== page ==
Friday, November 26, 2010

Drone Attacks Are Extremely Effective

An editorial from the Nation asking for a cessation of all drone activity within Pakistan’s borders:

One needs to welcome the government decision to ask Washington to stop violating the sovereignty of Pakistan’s airspace with drone strikes conducted with the aim of taking out operatives of militant organisations, who, the US believes, are hiding in North Waziristan Agency. The pity is that the good news has come too late for about 2000 innocent human beings, ordinary men, women and children, who would have been living today, had the political set-up rescinded, immediately on assuming power, the permission Musharraf had granted to the CIA to make these raids.
Setting aside the lie that 2000 civilians were killed by drone attacks, the drone war conducted by NATO in Pakistan’s troublesome FATA region is highly effective and, contrary to what the Nation may say, has minimized civilian casualties, not raise them. I would recommend reading Peter Bergen’s piece in the latest issue of the Atlantic.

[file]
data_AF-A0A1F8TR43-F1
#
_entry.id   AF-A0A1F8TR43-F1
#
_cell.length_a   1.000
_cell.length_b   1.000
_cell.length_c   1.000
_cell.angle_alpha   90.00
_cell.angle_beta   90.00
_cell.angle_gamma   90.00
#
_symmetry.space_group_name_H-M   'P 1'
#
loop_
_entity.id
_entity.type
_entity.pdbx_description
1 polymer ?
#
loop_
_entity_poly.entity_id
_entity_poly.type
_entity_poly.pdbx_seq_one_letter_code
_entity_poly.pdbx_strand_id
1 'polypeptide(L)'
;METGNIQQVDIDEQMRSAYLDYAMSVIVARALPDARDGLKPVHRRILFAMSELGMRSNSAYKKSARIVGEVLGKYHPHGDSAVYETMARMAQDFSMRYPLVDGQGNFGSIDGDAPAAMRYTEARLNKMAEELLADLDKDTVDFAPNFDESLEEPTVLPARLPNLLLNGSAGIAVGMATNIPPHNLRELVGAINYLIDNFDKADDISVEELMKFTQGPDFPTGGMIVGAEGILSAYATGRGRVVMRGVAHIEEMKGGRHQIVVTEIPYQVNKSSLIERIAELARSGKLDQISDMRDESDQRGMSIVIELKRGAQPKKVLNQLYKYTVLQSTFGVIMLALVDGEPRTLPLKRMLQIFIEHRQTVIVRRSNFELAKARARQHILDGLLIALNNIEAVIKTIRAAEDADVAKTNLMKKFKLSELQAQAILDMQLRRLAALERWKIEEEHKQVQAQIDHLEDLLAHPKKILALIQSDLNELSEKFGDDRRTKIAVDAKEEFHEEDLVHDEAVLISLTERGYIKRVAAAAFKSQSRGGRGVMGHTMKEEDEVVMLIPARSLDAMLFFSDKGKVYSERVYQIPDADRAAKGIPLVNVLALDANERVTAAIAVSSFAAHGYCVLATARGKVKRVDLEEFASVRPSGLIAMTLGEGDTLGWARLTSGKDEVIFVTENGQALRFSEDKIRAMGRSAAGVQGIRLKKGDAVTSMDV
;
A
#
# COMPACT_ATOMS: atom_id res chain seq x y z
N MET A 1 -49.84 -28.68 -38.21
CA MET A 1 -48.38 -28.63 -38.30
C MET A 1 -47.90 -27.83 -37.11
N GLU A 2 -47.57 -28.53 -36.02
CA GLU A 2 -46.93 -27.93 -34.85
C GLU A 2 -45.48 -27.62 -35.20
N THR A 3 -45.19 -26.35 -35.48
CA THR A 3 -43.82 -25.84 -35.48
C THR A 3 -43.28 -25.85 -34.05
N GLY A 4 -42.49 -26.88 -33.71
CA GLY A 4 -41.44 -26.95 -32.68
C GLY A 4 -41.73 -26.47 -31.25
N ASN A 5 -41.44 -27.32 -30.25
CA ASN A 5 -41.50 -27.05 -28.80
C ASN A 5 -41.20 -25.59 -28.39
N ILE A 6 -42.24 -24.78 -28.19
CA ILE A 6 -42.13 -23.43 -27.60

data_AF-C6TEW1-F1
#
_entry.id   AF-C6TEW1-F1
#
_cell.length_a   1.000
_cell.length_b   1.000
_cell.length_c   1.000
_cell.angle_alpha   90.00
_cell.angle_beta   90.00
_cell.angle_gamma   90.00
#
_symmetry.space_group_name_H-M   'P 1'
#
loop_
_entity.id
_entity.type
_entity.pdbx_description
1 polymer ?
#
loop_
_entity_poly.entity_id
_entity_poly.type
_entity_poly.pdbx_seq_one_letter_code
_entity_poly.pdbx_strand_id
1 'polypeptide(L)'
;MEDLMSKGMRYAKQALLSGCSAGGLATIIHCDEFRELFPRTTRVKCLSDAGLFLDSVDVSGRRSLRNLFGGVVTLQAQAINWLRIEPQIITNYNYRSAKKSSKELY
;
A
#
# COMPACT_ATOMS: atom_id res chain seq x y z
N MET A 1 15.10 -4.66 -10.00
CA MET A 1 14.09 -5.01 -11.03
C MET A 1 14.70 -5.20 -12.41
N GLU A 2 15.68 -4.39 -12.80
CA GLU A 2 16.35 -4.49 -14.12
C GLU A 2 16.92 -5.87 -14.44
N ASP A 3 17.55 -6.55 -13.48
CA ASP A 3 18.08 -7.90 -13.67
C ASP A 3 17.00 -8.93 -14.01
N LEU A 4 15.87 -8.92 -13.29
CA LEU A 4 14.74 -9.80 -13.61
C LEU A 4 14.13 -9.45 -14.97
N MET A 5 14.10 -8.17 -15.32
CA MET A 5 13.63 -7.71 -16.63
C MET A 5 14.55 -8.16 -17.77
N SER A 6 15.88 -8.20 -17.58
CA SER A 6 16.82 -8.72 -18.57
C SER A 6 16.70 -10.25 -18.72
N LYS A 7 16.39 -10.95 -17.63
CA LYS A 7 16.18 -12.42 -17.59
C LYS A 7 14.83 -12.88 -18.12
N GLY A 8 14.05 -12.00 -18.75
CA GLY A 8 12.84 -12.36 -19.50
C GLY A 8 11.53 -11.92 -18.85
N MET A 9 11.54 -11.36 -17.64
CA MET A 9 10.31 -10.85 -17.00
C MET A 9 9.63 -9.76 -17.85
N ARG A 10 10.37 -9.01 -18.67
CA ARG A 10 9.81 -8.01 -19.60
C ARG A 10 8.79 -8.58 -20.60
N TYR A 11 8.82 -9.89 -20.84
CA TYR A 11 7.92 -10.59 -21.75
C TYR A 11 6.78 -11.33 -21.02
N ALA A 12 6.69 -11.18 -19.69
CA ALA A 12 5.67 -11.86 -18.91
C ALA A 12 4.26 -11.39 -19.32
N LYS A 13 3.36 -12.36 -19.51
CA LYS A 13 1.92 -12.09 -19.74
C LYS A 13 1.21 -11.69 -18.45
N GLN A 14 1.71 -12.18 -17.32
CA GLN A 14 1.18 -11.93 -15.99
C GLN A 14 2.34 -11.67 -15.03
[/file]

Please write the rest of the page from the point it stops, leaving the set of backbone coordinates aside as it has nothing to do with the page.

But the drone program has drawbacks. Perhaps the most worrisome is civilian casualties. According to our survey of reliable press accounts, about 30 percent of all those killed by drones since 2004 were nonmilitants, though that proportion has been decreasing recently because of better targeting, more intelligence cooperation, and the CIA’s use of smaller missiles. This year (through September), about 8 percent of those killed by drones were reportedly nonmilitants, though U.S. officials claim the rate is more like 2 percent.
Peter Bergen, noted expert on counter-terrorism, has a compiled a count of deaths resulting from drone attacks: the number of civilian casualties compared to militant casualties is very low. And for all the hue and cry by Pakistan about drone attacks, they have given their tacit approval, and then some.
The drones are immensely unpopular in Pakistan, and Pakistani politicians routinely claim that they violate national sovereignty. But many Pakistani officials are privately supportive, and much of the intelligence used to target the strikes comes from Pakistani informants. Indeed, the attacks were almost completely halted in the tribal area of South Waziristan after the Pakistani military launched an offensive there a year ago, suggesting a high degree of Pakistani-American coordination.
There you go. The drone attacks would not be successful without Pakistan’s input. For Pakistan, drone attacks is the lesser evil because the alternative would be much worse: thousands of foreign troops operating within Pakistan’s borders. Which would the Nation prefer?